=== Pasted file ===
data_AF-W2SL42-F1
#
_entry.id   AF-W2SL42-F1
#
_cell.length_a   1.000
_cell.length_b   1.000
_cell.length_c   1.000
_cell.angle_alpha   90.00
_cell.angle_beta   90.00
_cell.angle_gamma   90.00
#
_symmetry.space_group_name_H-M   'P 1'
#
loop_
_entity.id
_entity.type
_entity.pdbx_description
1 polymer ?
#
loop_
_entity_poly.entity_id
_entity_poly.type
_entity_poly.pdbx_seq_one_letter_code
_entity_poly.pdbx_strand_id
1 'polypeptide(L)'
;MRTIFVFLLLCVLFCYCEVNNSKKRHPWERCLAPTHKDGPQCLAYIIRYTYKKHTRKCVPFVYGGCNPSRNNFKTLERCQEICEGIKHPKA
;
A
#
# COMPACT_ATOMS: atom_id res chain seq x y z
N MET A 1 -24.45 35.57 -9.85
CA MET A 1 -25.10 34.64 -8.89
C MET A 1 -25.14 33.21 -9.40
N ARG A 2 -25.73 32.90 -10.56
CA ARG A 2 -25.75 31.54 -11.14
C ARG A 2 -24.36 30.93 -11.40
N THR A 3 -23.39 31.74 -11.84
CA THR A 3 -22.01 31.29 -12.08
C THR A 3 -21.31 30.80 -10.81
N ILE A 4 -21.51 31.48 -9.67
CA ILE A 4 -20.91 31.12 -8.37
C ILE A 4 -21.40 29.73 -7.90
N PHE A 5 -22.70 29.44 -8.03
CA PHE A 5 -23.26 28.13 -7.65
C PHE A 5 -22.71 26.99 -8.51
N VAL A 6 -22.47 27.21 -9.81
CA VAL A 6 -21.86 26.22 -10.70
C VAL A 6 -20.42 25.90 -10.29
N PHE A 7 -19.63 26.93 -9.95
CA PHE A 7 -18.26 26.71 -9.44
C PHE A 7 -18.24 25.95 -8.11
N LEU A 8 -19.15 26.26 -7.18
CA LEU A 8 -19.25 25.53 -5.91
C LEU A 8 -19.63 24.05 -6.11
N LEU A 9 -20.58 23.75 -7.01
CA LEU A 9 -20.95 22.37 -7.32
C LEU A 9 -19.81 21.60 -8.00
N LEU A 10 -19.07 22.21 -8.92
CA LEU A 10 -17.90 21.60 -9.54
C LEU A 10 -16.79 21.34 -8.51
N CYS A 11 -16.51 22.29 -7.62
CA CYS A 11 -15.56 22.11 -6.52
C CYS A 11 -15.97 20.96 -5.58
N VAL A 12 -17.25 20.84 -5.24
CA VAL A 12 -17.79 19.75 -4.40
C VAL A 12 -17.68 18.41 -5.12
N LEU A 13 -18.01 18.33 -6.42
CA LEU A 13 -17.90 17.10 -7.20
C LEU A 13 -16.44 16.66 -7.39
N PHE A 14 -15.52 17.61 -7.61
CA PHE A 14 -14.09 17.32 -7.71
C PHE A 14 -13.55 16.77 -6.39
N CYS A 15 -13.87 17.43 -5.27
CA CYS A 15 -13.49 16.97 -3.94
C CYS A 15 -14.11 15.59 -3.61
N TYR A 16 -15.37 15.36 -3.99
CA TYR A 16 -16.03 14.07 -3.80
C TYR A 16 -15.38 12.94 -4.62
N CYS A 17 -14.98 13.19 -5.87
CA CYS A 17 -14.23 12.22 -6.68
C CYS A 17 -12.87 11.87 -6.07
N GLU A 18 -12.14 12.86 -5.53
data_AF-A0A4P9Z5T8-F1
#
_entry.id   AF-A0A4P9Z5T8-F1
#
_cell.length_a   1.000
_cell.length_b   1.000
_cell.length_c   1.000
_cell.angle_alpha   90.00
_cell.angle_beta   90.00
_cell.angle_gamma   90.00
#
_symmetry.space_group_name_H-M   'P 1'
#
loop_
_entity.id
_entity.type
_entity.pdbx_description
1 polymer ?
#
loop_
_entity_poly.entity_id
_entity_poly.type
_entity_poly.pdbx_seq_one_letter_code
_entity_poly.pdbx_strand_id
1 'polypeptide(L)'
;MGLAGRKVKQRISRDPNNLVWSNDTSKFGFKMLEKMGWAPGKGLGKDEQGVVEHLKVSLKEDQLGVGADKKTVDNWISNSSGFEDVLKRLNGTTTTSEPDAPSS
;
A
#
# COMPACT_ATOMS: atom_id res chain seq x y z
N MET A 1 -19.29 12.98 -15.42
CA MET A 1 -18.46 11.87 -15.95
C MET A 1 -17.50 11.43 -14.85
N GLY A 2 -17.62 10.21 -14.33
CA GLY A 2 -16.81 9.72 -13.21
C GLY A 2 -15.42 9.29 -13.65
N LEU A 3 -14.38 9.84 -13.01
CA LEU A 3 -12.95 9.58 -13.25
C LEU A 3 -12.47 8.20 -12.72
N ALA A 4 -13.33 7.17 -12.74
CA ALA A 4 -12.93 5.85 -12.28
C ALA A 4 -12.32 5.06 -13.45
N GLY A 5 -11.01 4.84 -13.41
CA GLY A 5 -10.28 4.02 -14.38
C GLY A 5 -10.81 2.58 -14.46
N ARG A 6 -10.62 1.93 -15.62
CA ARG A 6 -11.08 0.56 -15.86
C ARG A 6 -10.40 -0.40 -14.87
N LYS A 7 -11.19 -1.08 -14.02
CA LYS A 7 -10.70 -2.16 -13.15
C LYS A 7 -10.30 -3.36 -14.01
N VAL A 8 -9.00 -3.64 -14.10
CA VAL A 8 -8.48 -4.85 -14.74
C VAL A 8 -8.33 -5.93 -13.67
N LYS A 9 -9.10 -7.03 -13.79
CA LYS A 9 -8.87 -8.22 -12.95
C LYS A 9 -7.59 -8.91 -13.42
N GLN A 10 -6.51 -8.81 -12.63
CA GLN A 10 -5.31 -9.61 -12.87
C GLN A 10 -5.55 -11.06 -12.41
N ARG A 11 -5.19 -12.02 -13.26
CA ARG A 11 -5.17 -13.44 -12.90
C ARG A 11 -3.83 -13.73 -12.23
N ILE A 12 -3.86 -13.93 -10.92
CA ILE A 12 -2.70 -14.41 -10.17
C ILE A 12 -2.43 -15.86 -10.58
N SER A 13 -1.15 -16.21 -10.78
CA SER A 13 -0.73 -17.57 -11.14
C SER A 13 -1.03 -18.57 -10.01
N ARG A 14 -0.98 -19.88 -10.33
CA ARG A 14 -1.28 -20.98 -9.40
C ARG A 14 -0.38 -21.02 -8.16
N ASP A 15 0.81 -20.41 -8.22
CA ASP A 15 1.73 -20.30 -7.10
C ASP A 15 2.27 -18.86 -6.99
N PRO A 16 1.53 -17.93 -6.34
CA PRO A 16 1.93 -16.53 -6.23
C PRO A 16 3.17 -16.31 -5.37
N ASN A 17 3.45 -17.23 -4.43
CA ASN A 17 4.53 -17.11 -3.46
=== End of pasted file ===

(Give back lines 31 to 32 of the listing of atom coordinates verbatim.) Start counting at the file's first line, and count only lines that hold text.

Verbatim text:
N MET A 1 -24.45 35.57 -9.85
CA MET A 1 -25.10 34.64 -8.89